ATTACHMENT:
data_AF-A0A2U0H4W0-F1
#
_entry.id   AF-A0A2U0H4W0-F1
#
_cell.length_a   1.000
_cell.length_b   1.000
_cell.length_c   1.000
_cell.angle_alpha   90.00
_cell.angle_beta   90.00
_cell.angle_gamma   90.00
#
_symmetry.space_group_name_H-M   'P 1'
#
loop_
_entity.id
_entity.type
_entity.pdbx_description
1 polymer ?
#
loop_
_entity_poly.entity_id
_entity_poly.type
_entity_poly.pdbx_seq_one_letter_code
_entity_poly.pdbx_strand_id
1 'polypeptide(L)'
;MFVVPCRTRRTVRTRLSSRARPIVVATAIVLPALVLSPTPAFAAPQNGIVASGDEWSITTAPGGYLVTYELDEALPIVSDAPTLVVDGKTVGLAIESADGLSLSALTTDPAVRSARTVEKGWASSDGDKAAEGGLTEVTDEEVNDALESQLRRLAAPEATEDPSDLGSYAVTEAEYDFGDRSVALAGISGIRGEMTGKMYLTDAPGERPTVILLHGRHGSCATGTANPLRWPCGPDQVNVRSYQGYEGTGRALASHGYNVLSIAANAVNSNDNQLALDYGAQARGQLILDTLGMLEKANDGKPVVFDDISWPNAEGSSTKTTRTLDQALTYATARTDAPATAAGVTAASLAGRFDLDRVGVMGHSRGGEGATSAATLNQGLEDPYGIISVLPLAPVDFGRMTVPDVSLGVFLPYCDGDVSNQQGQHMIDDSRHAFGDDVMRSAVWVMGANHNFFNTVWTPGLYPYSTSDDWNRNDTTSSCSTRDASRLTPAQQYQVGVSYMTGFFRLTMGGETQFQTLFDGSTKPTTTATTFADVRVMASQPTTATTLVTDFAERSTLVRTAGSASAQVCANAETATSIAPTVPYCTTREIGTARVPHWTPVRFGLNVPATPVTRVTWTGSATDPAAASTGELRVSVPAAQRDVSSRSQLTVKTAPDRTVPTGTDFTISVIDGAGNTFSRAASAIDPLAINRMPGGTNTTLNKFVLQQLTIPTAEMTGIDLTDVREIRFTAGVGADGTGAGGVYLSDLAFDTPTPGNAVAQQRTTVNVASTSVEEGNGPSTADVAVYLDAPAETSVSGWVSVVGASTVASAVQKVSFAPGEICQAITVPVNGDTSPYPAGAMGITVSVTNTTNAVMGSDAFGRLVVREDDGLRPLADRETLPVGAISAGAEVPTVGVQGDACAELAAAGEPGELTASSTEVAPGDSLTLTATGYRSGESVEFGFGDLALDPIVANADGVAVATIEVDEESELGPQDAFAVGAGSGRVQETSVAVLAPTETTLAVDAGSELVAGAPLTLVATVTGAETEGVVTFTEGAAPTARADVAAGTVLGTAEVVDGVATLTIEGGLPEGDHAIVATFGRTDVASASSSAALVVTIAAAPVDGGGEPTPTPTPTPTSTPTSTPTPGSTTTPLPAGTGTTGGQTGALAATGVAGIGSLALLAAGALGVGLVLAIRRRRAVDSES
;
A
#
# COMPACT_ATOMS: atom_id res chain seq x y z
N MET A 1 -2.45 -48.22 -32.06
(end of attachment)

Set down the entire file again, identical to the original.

data_AF-A0A2U0H4W0-F1
#
_entry.id   AF-A0A2U0H4W0-F1
#
_cell.length_a   1.000
_cell.length_b   1.000
_cell.length_c   1.000
_cell.angle_alpha   90.00
_cell.angle_beta   90.00
_cell.angle_gamma   90.00
#
_symmetry.space_group_name_H-M   'P 1'
#
loop_
_entity.id
_entity.type
_entity.pdbx_description
1 polymer ?
#
loop_
_entity_poly.entity_id
_entity_poly.type
_entity_poly.pdbx_seq_one_letter_code
_entity_poly.pdbx_strand_id
1 'polypeptide(L)'
;MFVVPCRTRRTVRTRLSSRARPIVVATAIVLPALVLSPTPAFAAPQNGIVASGDEWSITTAPGGYLVTYELDEALPIVSDAPTLVVDGKTVGLAIESADGLSLSALTTDPAVRSARTVEKGWASSDGDKAAEGGLTEVTDEEVNDALESQLRRLAAPEATEDPSDLGSYAVTEAEYDFGDRSVALAGISGIRGEMTGKMYLTDAPGERPTVILLHGRHGSCATGTANPLRWPCGPDQVNVRSYQGYEGTGRALASHGYNVLSIAANAVNSNDNQLALDYGAQARGQLILDTLGMLEKANDGKPVVFDDISWPNAEGSSTKTTRTLDQALTYATARTDAPATAAGVTAASLAGRFDLDRVGVMGHSRGGEGATSAATLNQGLEDPYGIISVLPLAPVDFGRMTVPDVSLGVFLPYCDGDVSNQQGQHMIDDSRHAFGDDVMRSAVWVMGANHNFFNTVWTPGLYPYSTSDDWNRNDTTSSCSTRDASRLTPAQQYQVGVSYMTGFFRLTMGGETQFQTLFDGSTKPTTTATTFADVRVMASQPTTATTLVTDFAERSTLVRTAGSASAQVCANAETATSIAPTVPYCTTREIGTARVPHWTPVRFGLNVPATPVTRVTWTGSATDPAAASTGELRVSVPAAQRDVSSRSQLTVKTAPDRTVPTGTDFTISVIDGAGNTFSRAASAIDPLAINRMPGGTNTTLNKFVLQQLTIPTAEMTGIDLTDVREIRFTAGVGADGTGAGGVYLSDLAFDTPTPGNAVAQQRTTVNVASTSVEEGNGPSTADVAVYLDAPAETSVSGWVSVVGASTVASAVQKVSFAPGEICQAITVPVNGDTSPYPAGAMGITVSVTNTTNAVMGSDAFGRLVVREDDGLRPLADRETLPVGAISAGAEVPTVGVQGDACAELAAAGEPGELTASSTEVAPGDSLTLTATGYRSGESVEFGFGDLALDPIVANADGVAVATIEVDEESELGPQDAFAVGAGSGRVQETSVAVLAPTETTLAVDAGSELVAGAPLTLVATVTGAETEGVVTFTEGAAPTARADVAAGTVLGTAEVVDGVATLTIEGGLPEGDHAIVATFGRTDVASASSSAALVVTIAAAPVDGGGEPTPTPTPTPTSTPTSTPTPGSTTTPLPAGTGTTGGQTGALAATGVAGIGSLALLAAGALGVGLVLAIRRRRAVDSES
;
A
#
# COMPACT_ATOMS: atom_id res chain seq x y z
N MET A 1 -2.45 -48.22 -32.06